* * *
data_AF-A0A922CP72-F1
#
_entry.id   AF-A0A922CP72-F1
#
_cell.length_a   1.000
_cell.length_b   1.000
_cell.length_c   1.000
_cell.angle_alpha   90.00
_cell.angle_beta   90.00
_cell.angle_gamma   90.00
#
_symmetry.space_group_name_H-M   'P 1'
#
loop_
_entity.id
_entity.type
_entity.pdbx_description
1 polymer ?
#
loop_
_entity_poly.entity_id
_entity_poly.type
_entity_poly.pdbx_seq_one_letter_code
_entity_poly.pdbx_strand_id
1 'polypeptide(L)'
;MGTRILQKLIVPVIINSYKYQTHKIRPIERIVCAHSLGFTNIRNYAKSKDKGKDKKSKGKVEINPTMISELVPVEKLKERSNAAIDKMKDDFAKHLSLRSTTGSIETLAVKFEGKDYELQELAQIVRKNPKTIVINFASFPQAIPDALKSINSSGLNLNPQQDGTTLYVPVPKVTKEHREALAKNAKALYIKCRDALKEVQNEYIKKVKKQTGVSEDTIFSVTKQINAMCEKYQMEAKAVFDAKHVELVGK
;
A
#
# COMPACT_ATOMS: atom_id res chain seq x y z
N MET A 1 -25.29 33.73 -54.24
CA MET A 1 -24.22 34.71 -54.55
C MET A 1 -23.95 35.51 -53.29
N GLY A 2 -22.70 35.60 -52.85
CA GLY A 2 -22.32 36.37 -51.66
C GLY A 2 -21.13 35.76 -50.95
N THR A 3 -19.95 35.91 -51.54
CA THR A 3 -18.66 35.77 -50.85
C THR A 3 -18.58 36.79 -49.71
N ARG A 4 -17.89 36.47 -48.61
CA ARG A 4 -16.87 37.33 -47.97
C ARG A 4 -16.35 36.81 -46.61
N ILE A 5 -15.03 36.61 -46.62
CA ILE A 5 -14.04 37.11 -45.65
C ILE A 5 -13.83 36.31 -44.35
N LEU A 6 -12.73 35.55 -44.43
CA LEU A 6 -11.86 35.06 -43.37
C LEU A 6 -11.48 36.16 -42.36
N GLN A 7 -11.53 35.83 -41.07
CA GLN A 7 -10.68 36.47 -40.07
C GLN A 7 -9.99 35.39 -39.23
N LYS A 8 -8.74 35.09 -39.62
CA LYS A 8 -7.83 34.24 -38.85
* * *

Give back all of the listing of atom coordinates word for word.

data_AF-A0A922CP72-F1
#
_entry.id   AF-A0A922CP72-F1
#
_cell.length_a   1.000
_cell.length_b   1.000
_cell.length_c   1.000
_cell.angle_alpha   90.00
_cell.angle_beta   90.00
_cell.angle_gamma   90.00
#
_symmetry.space_group_name_H-M   'P 1'
#
loop_
_entity.id
_entity.type
_entity.pdbx_description
1 polymer ?
#
loop_
_entity_poly.entity_id
_entity_poly.type
_entity_poly.pdbx_seq_one_letter_code
_entity_poly.pdbx_strand_id
1 'polypeptide(L)'
;MGTRILQKLIVPVIINSYKYQTHKIRPIERIVCAHSLGFTNIRNYAKSKDKGKDKKSKGKVEINPTMISELVPVEKLKERSNAAIDKMKDDFAKHLSLRSTTGSIETLAVKFEGKDYELQELAQIVRKNPKTIVINFASFPQAIPDALKSINSSGLNLNPQQDGTTLYVPVPKVTKEHREALAKNAKALYIKCRDALKEVQNEYIKKVKKQTGVSEDTIFSVTKQINAMCEKYQMEAKAVFDAKHVELVGK
;
A
#
# COMPACT_ATOMS: atom_id res chain seq x y z
N MET A 1 -25.29 33.73 -54.24
CA MET A 1 -24.22 34.71 -54.55
C MET A 1 -23.95 35.51 -53.29
N GLY A 2 -22.70 35.60 -52.85
CA GLY A 2 -22.32 36.37 -51.66
C GLY A 2 -21.13 35.76 -50.95
N THR A 3 -19.95 35.91 -51.54
CA THR A 3 -18.66 35.77 -50.85
C THR A 3 -18.58 36.79 -49.71
N ARG A 4 -17.89 36.47 -48.61
CA ARG A 4 -16.87 37.33 -47.97
C ARG A 4 -16.35 36.81 -46.61
N ILE A 5 -15.03 36.61 -46.62
CA ILE A 5 -14.04 37.11 -45.65
C ILE A 5 -13.83 36.31 -44.35
N LEU A 6 -12.73 35.55 -44.43
CA LEU A 6 -11.86 35.06 -43.37
C LEU A 6 -11.48 36.16 -42.36
N GLN A 7 -11.53 35.83 -41.07
CA GLN A 7 -10.68 36.47 -40.07
C GLN A 7 -9.99 35.39 -39.23
N LYS A 8 -8.74 35.09 -39.62
CA LYS A 8 -7.83 34.24 -38.85